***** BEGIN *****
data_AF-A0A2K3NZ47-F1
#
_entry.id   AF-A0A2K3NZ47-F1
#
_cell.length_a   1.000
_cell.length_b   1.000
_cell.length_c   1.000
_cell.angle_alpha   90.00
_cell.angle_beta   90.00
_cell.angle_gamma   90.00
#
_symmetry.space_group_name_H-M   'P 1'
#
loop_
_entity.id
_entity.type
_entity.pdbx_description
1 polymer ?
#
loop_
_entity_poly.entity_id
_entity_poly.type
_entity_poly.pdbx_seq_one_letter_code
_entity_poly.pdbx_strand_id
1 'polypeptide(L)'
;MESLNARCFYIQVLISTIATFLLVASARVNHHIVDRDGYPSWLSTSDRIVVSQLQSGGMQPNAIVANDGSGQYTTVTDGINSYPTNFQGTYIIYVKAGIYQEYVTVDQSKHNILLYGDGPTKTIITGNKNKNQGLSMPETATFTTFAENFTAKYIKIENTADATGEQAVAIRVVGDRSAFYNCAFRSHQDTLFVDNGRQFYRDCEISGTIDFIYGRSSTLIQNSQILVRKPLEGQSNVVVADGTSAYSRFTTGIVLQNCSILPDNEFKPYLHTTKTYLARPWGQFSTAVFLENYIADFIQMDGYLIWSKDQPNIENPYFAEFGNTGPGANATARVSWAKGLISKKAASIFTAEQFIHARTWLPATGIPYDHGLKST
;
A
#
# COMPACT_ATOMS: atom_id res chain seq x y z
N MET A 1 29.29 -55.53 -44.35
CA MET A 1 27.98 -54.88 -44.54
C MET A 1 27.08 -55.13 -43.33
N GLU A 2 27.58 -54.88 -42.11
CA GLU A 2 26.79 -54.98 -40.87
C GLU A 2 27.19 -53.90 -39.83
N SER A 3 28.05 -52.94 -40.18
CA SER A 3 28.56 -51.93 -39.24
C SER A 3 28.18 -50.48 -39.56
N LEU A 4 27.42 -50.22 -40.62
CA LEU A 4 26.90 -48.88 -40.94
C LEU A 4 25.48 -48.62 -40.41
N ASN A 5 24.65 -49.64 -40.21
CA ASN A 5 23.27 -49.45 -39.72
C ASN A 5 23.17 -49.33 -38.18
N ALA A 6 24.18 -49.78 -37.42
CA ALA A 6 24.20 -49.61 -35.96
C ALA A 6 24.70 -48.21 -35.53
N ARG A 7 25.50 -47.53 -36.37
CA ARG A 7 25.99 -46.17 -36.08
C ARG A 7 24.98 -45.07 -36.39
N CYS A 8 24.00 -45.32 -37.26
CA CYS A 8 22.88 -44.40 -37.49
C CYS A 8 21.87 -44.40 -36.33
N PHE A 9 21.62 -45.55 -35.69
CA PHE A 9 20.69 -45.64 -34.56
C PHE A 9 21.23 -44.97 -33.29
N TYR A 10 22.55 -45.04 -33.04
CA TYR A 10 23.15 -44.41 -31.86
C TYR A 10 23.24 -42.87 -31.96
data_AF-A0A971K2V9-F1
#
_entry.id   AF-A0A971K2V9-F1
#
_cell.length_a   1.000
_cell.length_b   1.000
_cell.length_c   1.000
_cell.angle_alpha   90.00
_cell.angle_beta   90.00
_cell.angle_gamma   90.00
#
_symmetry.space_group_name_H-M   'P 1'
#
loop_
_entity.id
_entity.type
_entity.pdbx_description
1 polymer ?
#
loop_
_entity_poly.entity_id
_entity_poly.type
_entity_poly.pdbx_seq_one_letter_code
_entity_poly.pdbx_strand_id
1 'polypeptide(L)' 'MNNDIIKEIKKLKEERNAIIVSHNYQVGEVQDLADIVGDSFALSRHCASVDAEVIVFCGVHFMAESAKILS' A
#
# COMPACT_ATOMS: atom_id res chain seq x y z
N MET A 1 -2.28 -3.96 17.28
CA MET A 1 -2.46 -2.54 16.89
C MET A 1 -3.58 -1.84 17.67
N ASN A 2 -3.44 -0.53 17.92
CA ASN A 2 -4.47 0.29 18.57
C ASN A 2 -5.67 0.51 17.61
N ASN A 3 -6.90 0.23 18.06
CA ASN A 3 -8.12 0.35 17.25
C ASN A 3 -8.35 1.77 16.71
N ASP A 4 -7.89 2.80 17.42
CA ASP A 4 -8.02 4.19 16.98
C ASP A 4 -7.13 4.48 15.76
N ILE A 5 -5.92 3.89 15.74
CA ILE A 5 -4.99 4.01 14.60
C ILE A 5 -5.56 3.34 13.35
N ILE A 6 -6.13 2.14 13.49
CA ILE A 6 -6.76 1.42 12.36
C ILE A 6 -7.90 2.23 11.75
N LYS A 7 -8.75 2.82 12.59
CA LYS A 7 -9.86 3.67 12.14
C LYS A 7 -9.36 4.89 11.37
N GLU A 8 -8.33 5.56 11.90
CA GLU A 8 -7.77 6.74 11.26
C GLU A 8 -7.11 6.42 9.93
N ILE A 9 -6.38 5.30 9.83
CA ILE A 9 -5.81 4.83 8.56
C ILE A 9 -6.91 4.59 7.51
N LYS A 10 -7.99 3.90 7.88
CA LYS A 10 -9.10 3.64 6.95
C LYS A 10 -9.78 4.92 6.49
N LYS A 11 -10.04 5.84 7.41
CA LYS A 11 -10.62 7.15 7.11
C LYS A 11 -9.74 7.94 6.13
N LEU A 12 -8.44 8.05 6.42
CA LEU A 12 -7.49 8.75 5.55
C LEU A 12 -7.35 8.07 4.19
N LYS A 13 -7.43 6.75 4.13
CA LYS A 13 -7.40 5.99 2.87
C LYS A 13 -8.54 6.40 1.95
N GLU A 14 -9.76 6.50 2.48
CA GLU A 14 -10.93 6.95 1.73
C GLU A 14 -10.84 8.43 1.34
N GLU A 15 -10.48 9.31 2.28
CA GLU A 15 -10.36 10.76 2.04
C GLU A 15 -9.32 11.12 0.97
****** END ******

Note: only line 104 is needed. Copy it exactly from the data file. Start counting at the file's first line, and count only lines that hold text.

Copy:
CA ILE A 6 -6.76 1.42 12.36